At the end of each half-term the head teacher will send excellent and good behaviour certificates or letters (depending on the pupil's performance) to all parents/guardians.

4 Other strategies for dealing with unacceptable behaviour

Strategies for dealing with unacceptable behaviour should be common throughout the school and parents should be made aware of them. All staff should follow the agreed policy and supply teachers should be given a brief summary.

'Blanket' sanctions should be avoided - ie staff should not punish a whole class because some pupils have offended - this is unfair to the rest of the class.

An initial letter outlining the sanctions (draft attached) to go to all parents early in the summer term 1996. A version of this letter should be sent to all new parents.

Some things are forbidden at this school: Truancy; bullying (physical violence, intimidation, name-calling, racist and sexist behaviour etc); spitting; damaging or stealing property; bringing unsuitable things to school such as cigarettes, tobacco or matches, dangerous implements (knives etc), inappropriate materials (pornography etc).


A useful strategy for helping difficult pupils to improve their behaviour is the contract, in which targets - and rewards for achieving them - are set out and agreed to by pupil, staff and, where appropriate, parents.

Incident Forms

More serious incidents must be recorded on behaviour incident forms. Office staff collect these forms and collate the information. This is given to form tutors weekly: they should pass it on to year coordinators. Where a pupil gets three or more forms in a week, a standard letter (available from the office) is sent to the parents by the year coordinator. If the pupil gets three or more forms the following week, a second letter is sent, asking the parents to come into school to discuss the pupils behaviour. If the parents do not respond, the matter is referred to the head teacher.

Keeping pupils in

Staff have the right to keep pupils in during morning break. (Keeping pupils in at lunchtime is problematic since some go home - better to keep them in at break). Pupils may be kept in for up to ten minutes at the end of the school day without informing parents, but keeping a whole class in should be avoided except in extreme cases.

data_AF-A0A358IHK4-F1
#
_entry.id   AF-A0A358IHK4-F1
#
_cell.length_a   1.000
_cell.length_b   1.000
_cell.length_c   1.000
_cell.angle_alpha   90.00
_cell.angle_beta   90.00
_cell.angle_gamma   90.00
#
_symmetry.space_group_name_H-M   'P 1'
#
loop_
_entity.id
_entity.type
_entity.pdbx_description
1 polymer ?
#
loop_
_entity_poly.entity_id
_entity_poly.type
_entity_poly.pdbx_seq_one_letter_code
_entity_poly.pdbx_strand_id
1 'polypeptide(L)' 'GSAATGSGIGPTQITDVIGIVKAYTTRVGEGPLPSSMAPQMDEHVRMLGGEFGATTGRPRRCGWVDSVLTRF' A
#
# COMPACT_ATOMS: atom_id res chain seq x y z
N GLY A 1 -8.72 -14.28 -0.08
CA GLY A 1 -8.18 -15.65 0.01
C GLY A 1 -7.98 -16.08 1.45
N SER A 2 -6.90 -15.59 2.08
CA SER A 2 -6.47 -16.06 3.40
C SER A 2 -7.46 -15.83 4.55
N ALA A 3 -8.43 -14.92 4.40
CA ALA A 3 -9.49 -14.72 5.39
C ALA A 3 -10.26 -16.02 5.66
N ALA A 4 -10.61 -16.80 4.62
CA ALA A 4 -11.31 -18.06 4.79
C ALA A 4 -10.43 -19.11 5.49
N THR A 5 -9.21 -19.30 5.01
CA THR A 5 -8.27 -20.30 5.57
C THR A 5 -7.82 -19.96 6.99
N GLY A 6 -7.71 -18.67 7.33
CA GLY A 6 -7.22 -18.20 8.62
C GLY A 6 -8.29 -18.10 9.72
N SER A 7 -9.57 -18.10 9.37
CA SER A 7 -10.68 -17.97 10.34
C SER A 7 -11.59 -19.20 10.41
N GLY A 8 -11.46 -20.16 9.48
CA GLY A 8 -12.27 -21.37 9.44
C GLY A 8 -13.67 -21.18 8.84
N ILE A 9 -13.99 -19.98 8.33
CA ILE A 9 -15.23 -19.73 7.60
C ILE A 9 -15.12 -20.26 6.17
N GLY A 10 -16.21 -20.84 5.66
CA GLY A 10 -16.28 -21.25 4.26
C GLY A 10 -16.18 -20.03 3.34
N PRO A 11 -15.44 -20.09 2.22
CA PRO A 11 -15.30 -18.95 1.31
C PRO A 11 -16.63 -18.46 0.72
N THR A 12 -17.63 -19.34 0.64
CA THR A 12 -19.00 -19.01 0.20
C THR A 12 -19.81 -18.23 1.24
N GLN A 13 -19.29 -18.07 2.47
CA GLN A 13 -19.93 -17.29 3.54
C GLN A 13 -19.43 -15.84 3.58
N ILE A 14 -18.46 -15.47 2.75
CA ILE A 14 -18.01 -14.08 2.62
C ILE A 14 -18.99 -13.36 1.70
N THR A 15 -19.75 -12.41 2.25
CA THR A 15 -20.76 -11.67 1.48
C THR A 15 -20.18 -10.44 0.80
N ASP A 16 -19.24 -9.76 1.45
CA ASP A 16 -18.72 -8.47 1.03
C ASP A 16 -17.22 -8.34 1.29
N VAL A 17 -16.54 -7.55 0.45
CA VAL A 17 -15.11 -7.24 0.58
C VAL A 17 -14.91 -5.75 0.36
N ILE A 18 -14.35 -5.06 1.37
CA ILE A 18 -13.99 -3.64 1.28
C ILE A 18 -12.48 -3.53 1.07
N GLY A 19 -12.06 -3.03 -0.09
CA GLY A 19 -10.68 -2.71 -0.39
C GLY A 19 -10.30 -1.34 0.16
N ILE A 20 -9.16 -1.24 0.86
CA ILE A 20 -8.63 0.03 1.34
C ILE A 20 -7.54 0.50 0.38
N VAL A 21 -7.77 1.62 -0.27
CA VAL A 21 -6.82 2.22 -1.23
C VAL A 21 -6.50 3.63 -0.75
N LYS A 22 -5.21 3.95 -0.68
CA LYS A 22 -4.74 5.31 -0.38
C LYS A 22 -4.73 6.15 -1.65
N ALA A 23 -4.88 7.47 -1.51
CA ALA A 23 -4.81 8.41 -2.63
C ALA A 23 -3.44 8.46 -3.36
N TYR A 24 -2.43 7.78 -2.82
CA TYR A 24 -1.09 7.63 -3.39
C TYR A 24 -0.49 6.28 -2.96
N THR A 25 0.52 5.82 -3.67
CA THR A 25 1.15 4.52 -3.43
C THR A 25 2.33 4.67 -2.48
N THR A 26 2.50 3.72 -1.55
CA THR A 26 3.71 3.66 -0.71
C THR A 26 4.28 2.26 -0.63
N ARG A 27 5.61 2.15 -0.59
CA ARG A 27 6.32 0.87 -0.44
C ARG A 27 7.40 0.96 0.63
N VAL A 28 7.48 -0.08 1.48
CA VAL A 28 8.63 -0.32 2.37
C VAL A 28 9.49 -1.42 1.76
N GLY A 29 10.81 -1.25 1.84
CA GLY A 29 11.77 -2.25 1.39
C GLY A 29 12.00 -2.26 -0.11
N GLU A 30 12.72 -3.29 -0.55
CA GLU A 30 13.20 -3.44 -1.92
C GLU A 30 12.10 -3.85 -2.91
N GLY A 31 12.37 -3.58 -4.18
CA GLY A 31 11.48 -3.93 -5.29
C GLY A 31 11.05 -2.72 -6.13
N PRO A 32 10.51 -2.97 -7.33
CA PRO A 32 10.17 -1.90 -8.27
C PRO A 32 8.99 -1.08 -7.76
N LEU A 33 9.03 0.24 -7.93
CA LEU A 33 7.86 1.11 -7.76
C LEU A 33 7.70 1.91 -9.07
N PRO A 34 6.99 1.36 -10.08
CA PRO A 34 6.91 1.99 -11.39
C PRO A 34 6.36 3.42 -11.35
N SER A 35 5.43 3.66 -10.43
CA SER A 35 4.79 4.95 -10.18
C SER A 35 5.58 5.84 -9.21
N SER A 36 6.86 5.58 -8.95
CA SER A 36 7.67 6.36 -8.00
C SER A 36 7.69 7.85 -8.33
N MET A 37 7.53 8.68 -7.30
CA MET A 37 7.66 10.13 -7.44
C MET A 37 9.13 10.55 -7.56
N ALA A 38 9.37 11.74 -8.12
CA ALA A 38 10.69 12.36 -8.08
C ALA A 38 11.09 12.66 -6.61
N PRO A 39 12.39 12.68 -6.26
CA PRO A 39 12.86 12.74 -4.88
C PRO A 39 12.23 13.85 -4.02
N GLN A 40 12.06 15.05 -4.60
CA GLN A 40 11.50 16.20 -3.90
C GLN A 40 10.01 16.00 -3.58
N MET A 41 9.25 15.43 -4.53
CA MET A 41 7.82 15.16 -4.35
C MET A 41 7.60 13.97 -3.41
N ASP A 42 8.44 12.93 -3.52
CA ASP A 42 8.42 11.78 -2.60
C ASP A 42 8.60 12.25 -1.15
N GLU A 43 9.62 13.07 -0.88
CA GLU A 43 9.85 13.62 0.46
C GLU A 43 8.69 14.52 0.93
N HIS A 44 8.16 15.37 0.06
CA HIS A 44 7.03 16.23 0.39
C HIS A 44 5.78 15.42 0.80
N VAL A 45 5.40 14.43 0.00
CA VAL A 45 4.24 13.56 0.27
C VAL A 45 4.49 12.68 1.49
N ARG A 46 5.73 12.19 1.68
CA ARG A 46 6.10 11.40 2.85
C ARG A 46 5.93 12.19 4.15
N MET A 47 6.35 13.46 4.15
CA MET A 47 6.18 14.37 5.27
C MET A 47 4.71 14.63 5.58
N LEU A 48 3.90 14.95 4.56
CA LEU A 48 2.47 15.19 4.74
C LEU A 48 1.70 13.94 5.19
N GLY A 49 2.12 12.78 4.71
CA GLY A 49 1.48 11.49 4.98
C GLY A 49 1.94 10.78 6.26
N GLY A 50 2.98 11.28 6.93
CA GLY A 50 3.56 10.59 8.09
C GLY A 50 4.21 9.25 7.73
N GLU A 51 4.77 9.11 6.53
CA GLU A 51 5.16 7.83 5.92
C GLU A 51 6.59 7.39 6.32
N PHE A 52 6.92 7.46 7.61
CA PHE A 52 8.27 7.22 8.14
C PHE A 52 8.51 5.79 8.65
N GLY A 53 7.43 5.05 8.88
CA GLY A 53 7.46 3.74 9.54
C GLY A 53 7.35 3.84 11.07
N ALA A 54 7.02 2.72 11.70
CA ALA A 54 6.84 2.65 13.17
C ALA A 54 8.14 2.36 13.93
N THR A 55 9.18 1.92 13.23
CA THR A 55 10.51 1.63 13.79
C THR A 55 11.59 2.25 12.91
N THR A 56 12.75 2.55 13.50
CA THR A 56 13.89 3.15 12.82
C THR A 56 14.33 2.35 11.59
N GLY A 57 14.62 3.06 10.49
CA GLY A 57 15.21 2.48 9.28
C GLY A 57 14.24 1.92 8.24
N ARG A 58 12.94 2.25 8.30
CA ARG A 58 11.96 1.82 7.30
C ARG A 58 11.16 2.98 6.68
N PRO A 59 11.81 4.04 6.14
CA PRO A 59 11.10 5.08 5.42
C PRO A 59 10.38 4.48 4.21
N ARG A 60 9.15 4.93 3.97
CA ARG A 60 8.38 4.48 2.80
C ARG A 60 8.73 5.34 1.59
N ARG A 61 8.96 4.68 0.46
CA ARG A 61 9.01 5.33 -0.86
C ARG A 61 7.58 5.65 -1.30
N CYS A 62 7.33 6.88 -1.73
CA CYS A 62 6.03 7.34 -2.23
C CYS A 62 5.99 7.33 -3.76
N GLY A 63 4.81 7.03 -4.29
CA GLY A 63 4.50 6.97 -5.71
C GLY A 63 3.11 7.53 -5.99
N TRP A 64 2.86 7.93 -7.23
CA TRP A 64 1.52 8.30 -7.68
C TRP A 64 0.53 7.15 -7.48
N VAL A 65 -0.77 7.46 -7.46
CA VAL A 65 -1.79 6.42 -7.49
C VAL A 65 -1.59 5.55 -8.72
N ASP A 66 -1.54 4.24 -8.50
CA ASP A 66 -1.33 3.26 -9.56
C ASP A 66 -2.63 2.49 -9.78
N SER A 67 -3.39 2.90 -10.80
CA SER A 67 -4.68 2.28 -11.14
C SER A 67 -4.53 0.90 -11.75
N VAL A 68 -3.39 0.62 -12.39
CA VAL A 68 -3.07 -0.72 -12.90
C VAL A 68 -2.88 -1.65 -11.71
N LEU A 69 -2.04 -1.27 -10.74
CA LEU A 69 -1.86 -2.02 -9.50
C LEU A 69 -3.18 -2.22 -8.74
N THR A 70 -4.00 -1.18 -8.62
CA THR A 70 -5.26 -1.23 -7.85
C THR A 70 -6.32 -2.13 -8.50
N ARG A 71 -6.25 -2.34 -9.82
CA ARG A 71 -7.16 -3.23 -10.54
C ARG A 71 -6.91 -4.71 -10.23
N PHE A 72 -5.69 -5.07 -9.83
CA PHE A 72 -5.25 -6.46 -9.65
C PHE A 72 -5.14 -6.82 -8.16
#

Staff have the right to put a pupil in detention for 45 minutes after school. The member of staff giving the detention must give parents at least twenty-four hours notice by phone or in writing (a standard letter is available from the school office) and must supervise it, though staff may share this duty. For example, if three teachers put three pupils in detention on the same night, only one of them need supervise.

Refusal to cooperate

If a pupil refuses to comply with a reasonable instruction, the teacher concerned should ask the pupil directly 'Are you refusing to cooperate?' If so, the teacher should, when possible, send the pupil to the head teacher with a note of explanation. If the head is satisfied that the teacher's instruction is a reasonable one and the pupil still refuses to comply, the head will either phone the parents to arrange for the pupil to go home for the remainder of that day or will delegate this duty to the member of staff making the complaint.


Staff are entitled to confiscate a pupil's property if

  • the pupil is using the item to distract him/herself or others from the lesson
  • the item is potentially dangerous or inappropriate for school (e.g. penknife, pornographic magazine).
Confiscated property must be collected by the pupil at the end of the school day (with the instruction, where appropriate, not to bring it to school again). Where the property is potentially dangerous or inappropriate it should not be returned to the pupil: the parents/guardians should be notified and asked to come to school to collect the item.

Physical violence

Minor incidents should be punished by keeping in at break or by detention. Incidents involving actual injury (bruising, bleeding etc) will be dealt with as follows:

  • First incident detention and head's letter to parents
  • Subsequent incidents exclusion (usually for two days, but may become permanent if behaviour is repeated).


Exclusion is a sanction for misbehaviour and a means of intervening in the situation of a school student for whom educational provision has broken down.

Only the head teacher may exclude a pupil. Exclusions can be fixed-term (maximum five days) or permanent. In both cases, parents must be informed in writing and have their right of appeal explained. A copy of the letter and an exclusion form must be sent to the education officer for the school. In the case of permanent exclusions the governors must discuss the case within 15 days and the LEA and the governors have the right to reinstate the pupil.

5 Parental support

A letter outlining our behaviour policy will be sent to parents/guardians before their child is admitted to the school. They will be invited to sign a return slip indicating their support.